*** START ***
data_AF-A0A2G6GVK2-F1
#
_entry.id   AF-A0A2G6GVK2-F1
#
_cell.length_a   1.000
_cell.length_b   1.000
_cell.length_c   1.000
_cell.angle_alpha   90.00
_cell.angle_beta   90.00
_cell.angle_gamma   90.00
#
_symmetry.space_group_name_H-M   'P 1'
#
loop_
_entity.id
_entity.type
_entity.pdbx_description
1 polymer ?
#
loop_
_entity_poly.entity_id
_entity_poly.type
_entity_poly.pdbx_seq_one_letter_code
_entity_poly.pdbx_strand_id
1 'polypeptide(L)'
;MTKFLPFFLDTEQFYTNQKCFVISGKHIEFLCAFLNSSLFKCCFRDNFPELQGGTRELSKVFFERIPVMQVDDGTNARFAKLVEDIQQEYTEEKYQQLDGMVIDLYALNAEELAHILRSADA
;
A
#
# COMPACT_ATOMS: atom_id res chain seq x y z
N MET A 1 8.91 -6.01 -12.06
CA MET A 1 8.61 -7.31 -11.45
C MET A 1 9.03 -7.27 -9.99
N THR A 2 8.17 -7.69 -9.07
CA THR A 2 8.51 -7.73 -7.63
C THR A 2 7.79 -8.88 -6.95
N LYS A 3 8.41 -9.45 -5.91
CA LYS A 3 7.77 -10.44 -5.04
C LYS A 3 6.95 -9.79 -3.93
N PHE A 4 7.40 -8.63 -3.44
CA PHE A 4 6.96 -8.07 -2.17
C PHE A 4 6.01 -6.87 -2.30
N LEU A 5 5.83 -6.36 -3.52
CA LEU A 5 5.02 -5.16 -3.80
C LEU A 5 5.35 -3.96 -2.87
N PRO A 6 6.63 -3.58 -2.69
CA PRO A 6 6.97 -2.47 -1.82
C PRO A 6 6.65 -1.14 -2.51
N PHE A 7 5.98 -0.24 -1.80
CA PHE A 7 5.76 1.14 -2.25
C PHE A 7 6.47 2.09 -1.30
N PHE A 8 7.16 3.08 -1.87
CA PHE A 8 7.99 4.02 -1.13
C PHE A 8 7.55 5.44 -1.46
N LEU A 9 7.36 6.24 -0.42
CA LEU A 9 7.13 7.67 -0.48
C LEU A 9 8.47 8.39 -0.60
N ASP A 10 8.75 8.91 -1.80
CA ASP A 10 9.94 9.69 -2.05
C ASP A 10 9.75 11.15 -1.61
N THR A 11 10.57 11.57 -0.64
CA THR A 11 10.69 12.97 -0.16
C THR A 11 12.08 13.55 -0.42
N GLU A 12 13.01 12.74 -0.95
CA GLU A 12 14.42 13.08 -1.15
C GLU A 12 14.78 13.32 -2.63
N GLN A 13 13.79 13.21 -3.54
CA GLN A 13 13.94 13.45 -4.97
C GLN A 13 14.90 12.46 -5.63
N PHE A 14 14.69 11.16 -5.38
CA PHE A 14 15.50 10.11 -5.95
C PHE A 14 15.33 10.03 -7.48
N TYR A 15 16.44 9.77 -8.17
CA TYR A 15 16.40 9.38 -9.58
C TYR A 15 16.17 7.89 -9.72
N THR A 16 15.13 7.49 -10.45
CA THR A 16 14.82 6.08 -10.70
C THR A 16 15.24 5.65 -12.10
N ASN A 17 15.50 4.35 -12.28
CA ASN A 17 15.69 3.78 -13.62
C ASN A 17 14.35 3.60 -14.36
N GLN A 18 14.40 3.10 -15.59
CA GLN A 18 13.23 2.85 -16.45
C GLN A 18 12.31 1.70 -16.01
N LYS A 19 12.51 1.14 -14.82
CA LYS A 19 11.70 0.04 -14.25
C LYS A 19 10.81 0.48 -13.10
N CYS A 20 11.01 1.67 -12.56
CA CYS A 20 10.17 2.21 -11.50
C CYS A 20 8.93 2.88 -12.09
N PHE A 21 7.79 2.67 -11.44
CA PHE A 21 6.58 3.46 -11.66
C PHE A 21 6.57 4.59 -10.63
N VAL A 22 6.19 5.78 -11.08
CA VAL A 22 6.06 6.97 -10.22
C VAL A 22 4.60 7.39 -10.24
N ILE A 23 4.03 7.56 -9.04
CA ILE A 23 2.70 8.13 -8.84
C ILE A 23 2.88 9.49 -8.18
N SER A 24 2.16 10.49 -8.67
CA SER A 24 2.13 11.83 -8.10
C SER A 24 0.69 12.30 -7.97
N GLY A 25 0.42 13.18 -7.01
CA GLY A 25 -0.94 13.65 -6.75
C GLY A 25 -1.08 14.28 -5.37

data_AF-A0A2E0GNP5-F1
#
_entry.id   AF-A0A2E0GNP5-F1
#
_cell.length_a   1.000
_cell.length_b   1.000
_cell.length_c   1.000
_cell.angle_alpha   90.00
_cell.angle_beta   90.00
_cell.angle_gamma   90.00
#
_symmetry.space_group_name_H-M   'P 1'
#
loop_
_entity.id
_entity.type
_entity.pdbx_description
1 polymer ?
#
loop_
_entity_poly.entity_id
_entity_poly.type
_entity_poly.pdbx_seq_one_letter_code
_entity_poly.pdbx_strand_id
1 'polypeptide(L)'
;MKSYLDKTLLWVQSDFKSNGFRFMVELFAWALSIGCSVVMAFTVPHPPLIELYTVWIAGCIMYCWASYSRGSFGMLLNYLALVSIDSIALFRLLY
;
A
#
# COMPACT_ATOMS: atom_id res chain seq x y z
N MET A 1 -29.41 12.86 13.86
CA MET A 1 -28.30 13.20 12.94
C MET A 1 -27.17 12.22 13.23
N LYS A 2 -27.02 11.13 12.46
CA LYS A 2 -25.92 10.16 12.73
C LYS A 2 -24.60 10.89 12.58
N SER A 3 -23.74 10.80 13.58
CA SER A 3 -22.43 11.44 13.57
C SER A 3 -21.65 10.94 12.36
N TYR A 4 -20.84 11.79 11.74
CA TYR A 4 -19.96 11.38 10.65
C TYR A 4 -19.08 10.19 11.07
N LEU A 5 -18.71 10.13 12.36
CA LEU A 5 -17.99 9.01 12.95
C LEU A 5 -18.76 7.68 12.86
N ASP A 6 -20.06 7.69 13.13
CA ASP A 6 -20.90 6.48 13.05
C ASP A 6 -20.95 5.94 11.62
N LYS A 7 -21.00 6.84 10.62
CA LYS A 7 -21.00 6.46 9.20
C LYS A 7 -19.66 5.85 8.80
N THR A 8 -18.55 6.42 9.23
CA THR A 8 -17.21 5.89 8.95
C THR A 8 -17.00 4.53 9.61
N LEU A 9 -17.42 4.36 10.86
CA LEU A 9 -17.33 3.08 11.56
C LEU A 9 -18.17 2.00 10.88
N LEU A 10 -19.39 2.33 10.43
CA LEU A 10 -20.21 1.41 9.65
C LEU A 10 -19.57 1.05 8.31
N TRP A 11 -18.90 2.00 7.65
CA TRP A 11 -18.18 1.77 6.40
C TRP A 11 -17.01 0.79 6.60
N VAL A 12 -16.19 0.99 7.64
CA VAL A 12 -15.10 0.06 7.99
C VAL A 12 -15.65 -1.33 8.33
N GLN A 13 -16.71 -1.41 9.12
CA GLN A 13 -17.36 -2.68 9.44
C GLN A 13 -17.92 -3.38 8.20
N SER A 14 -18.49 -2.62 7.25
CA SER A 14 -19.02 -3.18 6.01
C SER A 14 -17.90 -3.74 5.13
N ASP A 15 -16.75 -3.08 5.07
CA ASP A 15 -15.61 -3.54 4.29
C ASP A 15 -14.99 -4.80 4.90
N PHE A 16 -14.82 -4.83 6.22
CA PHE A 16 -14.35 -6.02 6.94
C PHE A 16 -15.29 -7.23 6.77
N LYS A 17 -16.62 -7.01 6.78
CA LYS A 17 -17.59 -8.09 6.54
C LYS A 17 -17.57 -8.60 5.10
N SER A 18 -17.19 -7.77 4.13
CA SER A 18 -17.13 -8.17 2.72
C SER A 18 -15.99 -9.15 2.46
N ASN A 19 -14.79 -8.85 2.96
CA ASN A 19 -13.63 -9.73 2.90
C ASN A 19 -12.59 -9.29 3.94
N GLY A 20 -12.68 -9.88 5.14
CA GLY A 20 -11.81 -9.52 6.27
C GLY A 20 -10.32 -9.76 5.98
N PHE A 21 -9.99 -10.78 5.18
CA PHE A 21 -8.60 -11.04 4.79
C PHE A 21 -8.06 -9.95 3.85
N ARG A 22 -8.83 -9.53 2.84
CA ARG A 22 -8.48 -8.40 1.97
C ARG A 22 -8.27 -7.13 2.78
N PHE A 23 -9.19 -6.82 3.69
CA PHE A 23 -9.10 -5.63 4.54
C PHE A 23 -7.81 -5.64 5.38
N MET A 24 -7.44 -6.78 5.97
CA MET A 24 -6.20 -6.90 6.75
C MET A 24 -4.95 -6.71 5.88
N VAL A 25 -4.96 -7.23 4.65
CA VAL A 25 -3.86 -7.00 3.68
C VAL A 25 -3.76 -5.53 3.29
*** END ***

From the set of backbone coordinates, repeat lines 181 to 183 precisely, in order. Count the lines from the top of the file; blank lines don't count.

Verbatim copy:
N PHE A 16 -14.82 -4.83 6.22
CA PHE A 16 -14.35 -6.02 6.94
C PHE A 16 -15.29 -7.23 6.77